Tuesday, May 15, 2012

Qigong and the Principles of T'ai Chi, Part II


This second part of Qigong and the Principles of T'ai Chi covers the mind, posture and movement principles. 

Maintain a calm, alert mind.  The mind is not directed at any particular thing, and as such it is a non-specific or "fuzzy" awareness.  Fuzzy does not mean lazy, of course.  Developing the calm mind that fosters this type of awareness takes practice.  And development of this mind is absolutely necessary to move ch'i with your intention and to sink your ch'i to the dantien.  If all is calm, breathing also smoothly flows in and out of the dantien area.

While moving, let your intention guide your movements, not your strength.  The Taoist arts are not about strength, energy follows intention.  If you are aware of yin and yang extremes (full, empty; open, closed; etc) of the movements as well, you move more gracefully.  

Maintaining your alignments is important in static as in movement exercises.  Bad alignments can drain your energy.  The head should be held up, as it is suspended by a string from the Bai hui point.  Moving the chin downward a little also helps open the occipital area where the spine enters the head.  Maintaining this head posture helps keep the mind clear and calm.  Allow the chest to drop as well, this opens up the upper back and the space between the shoulder blades.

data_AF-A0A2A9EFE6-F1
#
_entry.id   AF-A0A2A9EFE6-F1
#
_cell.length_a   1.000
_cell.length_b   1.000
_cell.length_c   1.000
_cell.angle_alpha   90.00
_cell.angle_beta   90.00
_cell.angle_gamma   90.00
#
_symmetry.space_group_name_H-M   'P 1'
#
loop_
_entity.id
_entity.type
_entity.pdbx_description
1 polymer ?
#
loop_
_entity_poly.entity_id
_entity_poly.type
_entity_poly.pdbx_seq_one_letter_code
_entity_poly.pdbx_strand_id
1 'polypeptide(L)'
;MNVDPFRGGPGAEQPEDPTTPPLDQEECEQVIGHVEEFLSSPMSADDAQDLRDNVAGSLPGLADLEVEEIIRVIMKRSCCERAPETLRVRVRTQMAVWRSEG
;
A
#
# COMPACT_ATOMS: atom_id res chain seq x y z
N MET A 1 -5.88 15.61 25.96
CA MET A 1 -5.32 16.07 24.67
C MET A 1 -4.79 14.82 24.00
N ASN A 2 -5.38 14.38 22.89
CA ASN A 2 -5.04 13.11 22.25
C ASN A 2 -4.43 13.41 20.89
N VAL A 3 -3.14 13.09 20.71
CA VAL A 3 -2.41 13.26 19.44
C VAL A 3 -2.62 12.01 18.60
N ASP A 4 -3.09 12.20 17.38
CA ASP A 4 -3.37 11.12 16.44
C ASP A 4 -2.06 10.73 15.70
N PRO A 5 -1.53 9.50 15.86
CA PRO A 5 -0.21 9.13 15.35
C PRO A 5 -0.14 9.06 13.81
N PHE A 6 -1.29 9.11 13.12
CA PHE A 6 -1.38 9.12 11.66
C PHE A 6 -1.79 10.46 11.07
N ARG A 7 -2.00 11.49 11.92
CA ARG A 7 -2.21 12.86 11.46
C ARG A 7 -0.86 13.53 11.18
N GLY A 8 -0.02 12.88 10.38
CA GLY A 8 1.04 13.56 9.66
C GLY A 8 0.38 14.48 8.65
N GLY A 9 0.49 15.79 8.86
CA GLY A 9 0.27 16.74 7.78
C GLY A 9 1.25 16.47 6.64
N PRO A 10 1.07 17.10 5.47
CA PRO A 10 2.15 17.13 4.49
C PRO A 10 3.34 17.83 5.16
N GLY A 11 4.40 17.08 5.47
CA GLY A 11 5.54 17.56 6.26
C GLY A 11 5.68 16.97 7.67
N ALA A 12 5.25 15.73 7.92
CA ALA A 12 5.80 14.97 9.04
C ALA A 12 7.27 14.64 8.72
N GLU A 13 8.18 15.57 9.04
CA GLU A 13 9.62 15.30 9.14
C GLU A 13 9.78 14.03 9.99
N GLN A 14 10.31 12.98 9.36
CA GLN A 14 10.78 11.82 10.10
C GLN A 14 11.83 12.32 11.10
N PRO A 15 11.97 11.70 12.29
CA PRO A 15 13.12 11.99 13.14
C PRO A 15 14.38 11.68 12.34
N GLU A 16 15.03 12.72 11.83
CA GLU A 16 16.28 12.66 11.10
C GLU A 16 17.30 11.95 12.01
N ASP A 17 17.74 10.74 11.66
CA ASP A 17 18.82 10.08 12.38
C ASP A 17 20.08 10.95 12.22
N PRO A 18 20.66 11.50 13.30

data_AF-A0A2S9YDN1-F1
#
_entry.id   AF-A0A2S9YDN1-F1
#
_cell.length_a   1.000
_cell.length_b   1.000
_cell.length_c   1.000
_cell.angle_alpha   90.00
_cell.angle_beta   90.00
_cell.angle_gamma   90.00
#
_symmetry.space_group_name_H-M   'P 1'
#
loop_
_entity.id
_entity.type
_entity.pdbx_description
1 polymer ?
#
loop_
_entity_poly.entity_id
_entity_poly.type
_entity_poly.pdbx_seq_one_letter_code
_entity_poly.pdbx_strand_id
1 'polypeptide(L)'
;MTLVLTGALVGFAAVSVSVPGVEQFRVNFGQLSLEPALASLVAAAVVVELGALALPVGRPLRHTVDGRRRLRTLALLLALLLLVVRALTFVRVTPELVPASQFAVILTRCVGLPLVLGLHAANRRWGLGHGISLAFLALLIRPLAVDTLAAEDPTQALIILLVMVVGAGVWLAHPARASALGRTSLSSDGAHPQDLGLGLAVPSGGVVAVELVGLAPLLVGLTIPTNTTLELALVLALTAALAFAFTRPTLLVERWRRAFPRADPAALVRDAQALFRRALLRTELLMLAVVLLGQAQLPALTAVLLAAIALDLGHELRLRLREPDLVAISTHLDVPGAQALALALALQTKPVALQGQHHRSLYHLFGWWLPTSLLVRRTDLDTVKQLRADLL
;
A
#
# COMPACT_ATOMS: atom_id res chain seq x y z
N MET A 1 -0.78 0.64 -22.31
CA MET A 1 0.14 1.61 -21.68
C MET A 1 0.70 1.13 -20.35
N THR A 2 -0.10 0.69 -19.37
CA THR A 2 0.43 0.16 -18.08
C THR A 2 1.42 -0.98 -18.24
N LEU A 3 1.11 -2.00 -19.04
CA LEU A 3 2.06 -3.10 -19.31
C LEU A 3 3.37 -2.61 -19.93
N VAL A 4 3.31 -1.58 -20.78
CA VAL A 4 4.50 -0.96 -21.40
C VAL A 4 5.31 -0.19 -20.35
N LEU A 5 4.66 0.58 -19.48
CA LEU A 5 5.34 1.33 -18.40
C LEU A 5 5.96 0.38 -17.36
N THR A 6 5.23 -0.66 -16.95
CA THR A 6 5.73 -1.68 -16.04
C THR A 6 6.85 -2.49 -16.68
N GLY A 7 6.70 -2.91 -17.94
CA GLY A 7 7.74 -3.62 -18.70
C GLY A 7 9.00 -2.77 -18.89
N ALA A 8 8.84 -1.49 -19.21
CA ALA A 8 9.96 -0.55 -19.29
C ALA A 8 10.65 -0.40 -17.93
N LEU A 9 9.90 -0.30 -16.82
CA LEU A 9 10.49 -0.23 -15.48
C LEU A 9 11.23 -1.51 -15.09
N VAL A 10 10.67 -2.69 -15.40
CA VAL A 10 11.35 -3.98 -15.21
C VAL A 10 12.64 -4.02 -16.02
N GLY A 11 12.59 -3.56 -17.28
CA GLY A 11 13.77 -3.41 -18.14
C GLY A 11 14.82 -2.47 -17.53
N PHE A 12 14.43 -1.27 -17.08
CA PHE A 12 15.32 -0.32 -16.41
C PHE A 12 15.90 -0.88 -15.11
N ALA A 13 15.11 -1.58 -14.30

The hips should support the torso evenly on both sides when in a neutral position.  This is where standing practice really helps.  It also allows the pelvis and the tailbone to relax downward.  These lower boy alignments help you sink the ch'i to the lower dantien.  It also helps to gradually open up the lower and upper spine.  Imagine that the weight of the hips is supported by a ball allows the relaxing and dropping down of the tailbone.

In movements, the torso should remain erect, not leaning to the sides, forward or back.  The erect posture allows optimal energy flow up and down the spine.  Movement of the torso should occur within the kwa, or inguinal crease area, making the muscles of the upper thigh twist and the energy spiral through your legs.  Swing movements like those in  Opening the Energy Gates of Your Body are good practice to enable this ability.  Standing meditation will also help relax and open up the hips for improved energy flow.

Lastly, movements of the upper body should be coordinated with the lower body.  Having one half of the body finish movements before the other is a definite no no.  Hone your technique over time and use the help of friends and get critique from a professional instructor.  Sometimes you think you are doing everything perfect when you aren't.  Accurate proprioception is difficult to achieve sometimes.

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